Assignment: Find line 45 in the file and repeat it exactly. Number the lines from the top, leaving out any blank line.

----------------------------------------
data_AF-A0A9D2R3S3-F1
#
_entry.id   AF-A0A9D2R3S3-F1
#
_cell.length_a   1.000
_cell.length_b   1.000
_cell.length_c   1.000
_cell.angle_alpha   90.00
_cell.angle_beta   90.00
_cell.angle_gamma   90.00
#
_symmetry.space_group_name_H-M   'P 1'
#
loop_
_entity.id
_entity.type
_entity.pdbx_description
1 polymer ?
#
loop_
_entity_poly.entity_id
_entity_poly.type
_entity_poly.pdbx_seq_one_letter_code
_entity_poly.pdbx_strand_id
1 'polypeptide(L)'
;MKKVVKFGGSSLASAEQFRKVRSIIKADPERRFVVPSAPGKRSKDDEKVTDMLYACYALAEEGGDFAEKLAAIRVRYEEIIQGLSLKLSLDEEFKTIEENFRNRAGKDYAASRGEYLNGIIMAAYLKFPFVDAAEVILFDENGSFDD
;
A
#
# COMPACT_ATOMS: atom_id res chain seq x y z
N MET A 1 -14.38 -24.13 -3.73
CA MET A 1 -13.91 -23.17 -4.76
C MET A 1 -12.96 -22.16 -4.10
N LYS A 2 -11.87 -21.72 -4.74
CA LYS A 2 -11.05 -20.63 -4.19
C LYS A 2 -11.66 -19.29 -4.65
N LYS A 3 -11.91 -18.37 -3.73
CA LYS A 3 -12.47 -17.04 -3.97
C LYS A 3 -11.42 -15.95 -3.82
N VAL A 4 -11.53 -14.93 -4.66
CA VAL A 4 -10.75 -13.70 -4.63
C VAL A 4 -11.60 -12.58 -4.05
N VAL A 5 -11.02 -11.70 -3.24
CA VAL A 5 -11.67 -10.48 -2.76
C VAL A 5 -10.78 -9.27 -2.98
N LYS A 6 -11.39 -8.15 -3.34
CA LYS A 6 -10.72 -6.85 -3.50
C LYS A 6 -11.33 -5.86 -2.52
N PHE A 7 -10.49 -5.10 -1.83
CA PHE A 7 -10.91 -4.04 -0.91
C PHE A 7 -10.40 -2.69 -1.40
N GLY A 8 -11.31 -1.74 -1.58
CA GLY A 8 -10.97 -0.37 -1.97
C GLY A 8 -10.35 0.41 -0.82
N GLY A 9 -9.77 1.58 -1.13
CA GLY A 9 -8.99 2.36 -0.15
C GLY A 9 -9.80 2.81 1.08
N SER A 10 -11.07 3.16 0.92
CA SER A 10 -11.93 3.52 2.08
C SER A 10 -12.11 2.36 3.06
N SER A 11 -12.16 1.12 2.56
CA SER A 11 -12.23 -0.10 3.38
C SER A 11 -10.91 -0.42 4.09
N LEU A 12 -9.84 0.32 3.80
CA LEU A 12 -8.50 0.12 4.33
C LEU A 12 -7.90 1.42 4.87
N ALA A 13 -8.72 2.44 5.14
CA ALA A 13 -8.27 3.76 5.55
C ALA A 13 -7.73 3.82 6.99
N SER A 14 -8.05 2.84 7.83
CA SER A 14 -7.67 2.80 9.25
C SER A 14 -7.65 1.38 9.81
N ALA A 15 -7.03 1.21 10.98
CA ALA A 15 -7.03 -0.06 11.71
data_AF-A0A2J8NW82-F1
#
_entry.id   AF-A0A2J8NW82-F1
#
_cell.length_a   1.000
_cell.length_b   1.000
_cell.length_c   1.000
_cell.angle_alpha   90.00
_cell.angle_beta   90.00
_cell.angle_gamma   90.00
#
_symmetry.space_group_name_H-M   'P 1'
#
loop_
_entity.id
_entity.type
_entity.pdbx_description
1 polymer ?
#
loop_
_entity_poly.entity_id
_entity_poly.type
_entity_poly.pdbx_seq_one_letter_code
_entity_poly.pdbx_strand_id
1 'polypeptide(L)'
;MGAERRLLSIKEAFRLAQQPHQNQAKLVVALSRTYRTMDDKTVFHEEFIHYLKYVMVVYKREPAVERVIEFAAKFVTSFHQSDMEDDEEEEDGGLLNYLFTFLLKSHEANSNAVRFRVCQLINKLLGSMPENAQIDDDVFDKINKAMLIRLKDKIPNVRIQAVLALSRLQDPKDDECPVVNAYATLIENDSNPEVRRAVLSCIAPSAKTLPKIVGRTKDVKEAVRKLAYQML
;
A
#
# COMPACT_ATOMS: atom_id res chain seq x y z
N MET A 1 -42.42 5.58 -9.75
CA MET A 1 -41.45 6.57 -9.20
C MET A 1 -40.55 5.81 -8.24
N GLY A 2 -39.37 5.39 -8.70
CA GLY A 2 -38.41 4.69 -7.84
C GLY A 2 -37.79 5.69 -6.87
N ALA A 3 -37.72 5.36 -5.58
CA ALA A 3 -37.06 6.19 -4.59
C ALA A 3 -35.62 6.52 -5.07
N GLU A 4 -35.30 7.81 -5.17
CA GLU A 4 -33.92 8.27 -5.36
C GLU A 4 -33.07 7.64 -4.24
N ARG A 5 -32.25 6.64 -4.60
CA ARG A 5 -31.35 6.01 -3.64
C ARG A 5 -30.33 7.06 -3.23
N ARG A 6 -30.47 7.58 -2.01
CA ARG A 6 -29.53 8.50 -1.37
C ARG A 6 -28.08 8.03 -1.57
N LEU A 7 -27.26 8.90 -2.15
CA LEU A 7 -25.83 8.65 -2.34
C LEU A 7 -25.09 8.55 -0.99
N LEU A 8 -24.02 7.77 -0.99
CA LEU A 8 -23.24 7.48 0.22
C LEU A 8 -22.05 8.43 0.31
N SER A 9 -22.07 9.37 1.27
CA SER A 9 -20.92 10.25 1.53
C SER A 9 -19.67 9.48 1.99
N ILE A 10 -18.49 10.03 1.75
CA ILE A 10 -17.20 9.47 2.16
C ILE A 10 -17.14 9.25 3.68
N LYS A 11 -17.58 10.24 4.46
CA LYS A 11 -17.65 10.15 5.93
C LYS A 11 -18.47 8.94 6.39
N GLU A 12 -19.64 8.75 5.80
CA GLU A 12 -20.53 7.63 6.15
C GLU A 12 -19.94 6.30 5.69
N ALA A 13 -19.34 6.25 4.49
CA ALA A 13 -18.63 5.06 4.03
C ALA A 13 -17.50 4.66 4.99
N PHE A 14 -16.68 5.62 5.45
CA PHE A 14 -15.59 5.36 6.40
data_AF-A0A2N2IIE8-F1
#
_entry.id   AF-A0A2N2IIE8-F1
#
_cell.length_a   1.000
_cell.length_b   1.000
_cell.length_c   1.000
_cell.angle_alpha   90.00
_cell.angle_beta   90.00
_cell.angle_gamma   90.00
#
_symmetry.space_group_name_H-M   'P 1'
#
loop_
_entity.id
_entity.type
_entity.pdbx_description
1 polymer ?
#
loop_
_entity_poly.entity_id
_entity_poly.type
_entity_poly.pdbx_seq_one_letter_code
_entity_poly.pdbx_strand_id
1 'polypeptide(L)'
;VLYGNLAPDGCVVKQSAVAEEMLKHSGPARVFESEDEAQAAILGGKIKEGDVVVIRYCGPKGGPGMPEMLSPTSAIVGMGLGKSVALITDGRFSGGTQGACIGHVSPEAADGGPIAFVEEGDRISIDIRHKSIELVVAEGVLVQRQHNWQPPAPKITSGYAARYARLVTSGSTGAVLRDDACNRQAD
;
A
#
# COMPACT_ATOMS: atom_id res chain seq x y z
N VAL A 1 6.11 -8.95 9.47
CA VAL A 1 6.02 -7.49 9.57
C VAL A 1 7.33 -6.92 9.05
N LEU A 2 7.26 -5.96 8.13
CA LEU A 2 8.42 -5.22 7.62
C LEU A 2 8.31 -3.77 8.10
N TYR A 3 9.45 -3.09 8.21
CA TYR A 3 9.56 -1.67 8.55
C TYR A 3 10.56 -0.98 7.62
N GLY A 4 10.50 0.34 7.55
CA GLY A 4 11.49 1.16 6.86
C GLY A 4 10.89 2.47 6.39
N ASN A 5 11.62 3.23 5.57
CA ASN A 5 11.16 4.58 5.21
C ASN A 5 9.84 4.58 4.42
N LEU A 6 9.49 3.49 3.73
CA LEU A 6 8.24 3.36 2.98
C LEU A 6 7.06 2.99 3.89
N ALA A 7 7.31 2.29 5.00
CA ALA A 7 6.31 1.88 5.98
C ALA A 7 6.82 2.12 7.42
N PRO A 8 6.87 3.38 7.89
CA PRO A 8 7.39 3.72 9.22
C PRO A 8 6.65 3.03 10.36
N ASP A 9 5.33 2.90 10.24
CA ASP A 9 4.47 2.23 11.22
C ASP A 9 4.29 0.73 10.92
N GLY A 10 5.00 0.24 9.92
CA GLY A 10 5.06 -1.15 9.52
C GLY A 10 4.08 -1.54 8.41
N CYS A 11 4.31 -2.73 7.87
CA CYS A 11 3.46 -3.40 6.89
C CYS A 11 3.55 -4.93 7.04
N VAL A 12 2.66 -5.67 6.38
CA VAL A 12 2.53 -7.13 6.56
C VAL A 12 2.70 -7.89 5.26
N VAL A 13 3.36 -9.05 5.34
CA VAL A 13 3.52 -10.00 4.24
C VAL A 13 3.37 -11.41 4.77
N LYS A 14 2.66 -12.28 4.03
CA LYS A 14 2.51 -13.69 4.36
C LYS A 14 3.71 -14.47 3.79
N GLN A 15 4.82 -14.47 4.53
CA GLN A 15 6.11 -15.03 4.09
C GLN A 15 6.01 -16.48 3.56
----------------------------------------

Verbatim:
C VAL A 5 -10.78 -9.27 -2.98